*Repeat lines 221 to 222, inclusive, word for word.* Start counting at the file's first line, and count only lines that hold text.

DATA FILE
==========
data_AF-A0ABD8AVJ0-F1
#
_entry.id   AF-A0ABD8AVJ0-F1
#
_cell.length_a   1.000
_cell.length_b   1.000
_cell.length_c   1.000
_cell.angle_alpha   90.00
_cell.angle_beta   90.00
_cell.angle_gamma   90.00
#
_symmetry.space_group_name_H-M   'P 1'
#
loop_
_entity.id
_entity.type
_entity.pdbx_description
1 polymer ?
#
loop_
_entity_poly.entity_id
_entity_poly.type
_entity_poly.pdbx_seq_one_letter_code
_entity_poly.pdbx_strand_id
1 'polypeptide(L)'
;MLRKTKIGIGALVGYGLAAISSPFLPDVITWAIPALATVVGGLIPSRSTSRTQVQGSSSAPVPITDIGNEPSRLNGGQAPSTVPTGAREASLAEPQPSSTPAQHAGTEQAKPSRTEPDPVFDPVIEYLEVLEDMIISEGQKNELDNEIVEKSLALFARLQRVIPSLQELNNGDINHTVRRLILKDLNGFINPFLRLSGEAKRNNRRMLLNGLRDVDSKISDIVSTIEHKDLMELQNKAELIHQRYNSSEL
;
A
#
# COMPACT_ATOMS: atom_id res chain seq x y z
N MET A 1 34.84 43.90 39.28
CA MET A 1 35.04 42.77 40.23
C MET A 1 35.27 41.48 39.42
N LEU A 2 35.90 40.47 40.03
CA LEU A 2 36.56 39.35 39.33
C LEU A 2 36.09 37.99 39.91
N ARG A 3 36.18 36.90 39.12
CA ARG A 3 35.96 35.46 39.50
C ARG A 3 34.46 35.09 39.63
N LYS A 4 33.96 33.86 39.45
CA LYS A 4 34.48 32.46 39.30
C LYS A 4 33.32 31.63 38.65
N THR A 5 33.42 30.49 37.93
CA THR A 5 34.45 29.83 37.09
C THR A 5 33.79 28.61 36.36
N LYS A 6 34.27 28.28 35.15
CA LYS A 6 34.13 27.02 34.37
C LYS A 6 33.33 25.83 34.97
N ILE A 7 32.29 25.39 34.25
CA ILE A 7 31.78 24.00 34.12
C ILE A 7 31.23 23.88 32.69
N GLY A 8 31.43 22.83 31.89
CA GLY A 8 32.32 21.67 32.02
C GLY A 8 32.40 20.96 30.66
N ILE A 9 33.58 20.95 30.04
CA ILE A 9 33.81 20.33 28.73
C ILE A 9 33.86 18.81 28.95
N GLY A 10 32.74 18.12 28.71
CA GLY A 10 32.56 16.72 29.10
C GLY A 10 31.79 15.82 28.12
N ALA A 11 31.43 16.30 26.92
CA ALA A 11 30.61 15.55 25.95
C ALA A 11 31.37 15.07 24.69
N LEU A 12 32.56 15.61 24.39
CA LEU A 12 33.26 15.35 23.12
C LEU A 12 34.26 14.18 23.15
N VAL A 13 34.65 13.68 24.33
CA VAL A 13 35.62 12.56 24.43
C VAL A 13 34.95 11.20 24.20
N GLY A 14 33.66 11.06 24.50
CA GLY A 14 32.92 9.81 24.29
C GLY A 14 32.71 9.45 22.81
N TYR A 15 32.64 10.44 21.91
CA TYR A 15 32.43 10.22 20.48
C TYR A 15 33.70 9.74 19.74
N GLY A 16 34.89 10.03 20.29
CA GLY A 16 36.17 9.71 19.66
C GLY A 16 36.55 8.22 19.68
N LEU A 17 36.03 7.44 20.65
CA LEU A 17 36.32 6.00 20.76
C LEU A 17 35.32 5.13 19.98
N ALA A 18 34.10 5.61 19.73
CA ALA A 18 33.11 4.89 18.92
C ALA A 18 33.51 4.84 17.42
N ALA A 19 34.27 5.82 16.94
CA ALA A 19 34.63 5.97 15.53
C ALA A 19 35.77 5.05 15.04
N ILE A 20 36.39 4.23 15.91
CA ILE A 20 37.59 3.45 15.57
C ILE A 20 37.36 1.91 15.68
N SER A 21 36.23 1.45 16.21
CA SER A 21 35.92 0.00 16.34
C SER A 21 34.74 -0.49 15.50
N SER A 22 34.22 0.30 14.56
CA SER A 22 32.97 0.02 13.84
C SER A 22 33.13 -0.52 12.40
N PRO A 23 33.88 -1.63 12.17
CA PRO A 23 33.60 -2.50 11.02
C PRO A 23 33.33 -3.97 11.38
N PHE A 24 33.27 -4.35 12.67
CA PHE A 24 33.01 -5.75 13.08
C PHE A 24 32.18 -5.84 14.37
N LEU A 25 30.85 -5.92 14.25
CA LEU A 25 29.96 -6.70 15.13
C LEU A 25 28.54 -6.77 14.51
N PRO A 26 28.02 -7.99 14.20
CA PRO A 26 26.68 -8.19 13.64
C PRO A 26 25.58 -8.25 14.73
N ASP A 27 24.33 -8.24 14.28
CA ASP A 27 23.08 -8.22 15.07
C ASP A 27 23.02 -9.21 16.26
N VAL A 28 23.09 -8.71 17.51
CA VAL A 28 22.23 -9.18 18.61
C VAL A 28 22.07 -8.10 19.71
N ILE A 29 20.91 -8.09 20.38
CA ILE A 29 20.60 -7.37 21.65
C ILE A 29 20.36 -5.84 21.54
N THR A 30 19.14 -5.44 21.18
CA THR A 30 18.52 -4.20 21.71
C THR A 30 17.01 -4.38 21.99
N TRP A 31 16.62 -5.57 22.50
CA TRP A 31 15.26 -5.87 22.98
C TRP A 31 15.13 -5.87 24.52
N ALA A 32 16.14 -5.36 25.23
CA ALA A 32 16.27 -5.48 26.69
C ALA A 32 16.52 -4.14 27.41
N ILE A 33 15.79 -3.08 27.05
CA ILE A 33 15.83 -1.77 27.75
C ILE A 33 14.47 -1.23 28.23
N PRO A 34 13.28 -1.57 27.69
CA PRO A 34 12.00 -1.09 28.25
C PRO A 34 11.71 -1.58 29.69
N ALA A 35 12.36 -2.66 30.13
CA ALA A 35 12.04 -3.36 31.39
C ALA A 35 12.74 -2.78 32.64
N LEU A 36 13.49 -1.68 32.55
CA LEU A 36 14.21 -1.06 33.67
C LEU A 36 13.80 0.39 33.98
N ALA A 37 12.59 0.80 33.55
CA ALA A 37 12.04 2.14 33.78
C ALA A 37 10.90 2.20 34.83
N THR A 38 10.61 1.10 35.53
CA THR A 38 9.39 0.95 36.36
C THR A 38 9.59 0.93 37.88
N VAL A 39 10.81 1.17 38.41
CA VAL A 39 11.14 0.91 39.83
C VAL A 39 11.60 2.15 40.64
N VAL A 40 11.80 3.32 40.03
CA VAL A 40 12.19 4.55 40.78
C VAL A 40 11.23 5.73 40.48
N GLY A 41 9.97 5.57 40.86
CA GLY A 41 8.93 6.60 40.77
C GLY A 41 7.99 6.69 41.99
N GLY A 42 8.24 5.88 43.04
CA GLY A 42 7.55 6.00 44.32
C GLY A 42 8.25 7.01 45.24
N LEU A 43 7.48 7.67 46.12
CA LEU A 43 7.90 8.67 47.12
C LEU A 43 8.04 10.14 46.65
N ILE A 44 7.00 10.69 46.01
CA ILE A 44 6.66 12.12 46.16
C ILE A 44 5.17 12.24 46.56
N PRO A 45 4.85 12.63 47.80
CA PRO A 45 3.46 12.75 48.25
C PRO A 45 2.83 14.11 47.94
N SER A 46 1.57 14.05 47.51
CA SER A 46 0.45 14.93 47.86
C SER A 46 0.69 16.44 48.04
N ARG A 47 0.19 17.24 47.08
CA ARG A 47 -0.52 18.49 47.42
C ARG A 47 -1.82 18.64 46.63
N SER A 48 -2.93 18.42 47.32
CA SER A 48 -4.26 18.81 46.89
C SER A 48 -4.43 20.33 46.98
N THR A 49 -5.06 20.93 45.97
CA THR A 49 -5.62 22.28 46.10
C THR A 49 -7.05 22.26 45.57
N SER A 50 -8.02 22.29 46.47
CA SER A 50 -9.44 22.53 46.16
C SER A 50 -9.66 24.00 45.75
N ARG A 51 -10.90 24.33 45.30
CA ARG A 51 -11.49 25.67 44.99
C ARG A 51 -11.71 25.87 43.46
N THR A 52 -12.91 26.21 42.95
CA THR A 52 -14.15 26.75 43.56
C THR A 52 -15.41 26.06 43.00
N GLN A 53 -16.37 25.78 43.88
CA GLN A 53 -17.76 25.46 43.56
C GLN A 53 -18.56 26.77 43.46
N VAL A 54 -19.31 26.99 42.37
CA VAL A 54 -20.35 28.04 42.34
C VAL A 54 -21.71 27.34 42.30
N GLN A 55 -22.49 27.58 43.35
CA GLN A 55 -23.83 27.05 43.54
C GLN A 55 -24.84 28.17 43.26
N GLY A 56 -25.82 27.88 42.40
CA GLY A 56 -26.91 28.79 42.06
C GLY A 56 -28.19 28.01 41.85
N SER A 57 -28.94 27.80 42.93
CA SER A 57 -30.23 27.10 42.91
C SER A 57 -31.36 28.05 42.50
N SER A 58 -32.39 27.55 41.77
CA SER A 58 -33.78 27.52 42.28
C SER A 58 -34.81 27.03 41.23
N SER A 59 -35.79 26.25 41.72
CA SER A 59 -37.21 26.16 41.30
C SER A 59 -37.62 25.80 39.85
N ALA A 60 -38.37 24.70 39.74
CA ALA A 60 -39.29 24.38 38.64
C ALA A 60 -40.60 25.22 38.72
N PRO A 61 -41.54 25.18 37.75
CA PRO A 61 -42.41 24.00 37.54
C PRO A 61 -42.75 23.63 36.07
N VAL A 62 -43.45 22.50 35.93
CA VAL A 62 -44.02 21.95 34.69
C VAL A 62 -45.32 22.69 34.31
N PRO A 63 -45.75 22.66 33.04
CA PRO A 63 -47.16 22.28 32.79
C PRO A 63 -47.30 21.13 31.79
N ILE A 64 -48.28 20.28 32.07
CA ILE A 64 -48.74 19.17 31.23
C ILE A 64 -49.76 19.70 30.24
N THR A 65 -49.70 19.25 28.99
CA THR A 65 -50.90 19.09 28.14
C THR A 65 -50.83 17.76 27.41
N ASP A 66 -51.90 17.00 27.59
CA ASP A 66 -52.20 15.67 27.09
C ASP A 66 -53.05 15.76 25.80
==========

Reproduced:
CA ILE A 64 -48.74 19.17 31.23
C ILE A 64 -49.76 19.70 30.24